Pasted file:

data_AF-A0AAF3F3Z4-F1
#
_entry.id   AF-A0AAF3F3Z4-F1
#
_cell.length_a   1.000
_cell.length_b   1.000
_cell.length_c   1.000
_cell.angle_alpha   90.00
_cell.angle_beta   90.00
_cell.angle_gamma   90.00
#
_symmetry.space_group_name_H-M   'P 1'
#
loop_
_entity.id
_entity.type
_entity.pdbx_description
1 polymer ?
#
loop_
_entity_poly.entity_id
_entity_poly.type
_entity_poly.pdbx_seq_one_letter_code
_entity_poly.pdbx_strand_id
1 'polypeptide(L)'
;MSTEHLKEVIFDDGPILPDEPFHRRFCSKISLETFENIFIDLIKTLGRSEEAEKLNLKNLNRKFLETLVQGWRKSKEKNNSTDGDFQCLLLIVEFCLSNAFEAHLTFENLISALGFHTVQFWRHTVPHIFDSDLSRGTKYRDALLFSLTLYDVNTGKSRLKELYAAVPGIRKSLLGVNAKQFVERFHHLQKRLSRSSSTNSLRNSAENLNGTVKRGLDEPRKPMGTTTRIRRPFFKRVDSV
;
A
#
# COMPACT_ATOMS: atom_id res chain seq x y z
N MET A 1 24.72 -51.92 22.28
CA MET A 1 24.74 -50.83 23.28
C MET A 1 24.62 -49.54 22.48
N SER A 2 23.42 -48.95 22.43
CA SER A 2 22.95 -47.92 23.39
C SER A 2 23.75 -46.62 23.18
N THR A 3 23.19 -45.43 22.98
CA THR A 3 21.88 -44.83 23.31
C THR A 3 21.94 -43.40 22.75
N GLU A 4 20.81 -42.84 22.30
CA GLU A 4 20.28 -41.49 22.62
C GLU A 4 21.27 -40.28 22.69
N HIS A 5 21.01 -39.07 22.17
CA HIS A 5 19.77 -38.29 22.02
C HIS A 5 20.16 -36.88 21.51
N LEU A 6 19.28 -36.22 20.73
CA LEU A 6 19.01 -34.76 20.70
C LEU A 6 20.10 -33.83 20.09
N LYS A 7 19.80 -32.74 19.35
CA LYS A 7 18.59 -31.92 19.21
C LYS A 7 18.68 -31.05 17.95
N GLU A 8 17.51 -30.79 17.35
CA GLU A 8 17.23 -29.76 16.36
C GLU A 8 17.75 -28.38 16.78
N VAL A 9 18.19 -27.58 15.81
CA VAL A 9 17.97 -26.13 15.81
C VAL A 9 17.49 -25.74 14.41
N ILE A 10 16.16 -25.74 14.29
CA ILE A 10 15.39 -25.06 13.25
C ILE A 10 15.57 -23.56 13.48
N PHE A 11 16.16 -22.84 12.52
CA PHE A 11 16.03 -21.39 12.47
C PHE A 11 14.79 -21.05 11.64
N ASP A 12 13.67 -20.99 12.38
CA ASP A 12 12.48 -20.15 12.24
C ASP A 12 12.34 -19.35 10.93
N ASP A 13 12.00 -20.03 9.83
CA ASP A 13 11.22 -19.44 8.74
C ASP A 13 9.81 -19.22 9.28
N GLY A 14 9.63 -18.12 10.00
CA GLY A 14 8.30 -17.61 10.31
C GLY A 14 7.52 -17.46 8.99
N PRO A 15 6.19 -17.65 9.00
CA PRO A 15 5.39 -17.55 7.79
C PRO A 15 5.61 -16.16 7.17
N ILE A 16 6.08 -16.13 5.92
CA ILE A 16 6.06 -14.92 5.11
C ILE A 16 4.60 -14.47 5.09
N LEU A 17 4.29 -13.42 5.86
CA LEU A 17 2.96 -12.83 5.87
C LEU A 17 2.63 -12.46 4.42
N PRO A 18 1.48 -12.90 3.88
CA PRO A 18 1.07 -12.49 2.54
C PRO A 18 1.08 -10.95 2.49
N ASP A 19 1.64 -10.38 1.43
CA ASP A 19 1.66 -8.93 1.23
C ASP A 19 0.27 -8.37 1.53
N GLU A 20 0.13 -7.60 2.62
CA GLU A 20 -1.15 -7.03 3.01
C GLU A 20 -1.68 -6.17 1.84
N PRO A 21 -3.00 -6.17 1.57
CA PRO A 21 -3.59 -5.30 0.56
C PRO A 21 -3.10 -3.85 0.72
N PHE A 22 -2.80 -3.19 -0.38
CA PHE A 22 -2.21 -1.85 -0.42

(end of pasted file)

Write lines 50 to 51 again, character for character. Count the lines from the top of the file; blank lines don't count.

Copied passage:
CA LYS A 7 18.59 -31.92 19.21
C LYS A 7 18.68 -31.05 17.95